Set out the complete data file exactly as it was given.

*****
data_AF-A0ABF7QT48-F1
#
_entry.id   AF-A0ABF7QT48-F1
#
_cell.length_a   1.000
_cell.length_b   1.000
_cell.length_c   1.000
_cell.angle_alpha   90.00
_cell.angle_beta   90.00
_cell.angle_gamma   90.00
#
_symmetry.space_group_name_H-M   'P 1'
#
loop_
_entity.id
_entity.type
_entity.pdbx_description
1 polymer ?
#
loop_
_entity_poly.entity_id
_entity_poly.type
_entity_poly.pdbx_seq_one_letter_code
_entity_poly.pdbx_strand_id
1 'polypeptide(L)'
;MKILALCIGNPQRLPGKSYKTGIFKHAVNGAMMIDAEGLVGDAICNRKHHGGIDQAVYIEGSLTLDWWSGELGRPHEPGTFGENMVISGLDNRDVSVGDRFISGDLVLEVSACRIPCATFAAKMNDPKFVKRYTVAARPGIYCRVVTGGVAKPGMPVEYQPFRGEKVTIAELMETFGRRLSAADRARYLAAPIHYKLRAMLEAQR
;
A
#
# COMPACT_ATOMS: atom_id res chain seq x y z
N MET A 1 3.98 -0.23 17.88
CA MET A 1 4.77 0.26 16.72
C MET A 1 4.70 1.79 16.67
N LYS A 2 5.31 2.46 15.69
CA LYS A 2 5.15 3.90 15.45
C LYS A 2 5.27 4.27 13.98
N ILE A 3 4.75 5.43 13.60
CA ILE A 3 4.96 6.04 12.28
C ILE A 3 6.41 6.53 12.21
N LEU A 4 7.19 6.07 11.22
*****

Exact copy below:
data_AF-A0ABF7QT48-F1
#
_entry.id   AF-A0ABF7QT48-F1
#
_cell.length_a   1.000
_cell.length_b   1.000
_cell.length_c   1.000
_cell.angle_alpha   90.00
_cell.angle_beta   90.00
_cell.angle_gamma   90.00
#
_symmetry.space_group_name_H-M   'P 1'
#
loop_
_entity.id
_entity.type
_entity.pdbx_description
1 polymer ?
#
loop_
_entity_poly.entity_id
_entity_poly.type
_entity_poly.pdbx_seq_one_letter_code
_entity_poly.pdbx_strand_id
1 'polypeptide(L)'
;MKILALCIGNPQRLPGKSYKTGIFKHAVNGAMMIDAEGLVGDAICNRKHHGGIDQAVYIEGSLTLDWWSGELGRPHEPGTFGENMVISGLDNRDVSVGDRFISGDLVLEVSACRIPCATFAAKMNDPKFVKRYTVAARPGIYCRVVTGGVAKPGMPVEYQPFRGEKVTIAELMETFGRRLSAADRARYLAAPIHYKLRAMLEAQR
;
A
#
# COMPACT_ATOMS: atom_id res chain seq x y z
N MET A 1 3.98 -0.23 17.88
CA MET A 1 4.77 0.26 16.72
C MET A 1 4.70 1.79 16.67
N LYS A 2 5.31 2.46 15.69
CA LYS A 2 5.15 3.90 15.45
C LYS A 2 5.27 4.27 13.98
N ILE A 3 4.75 5.43 13.60
CA ILE A 3 4.96 6.04 12.28
C ILE A 3 6.41 6.53 12.21
N LEU A 4 7.19 6.07 11.22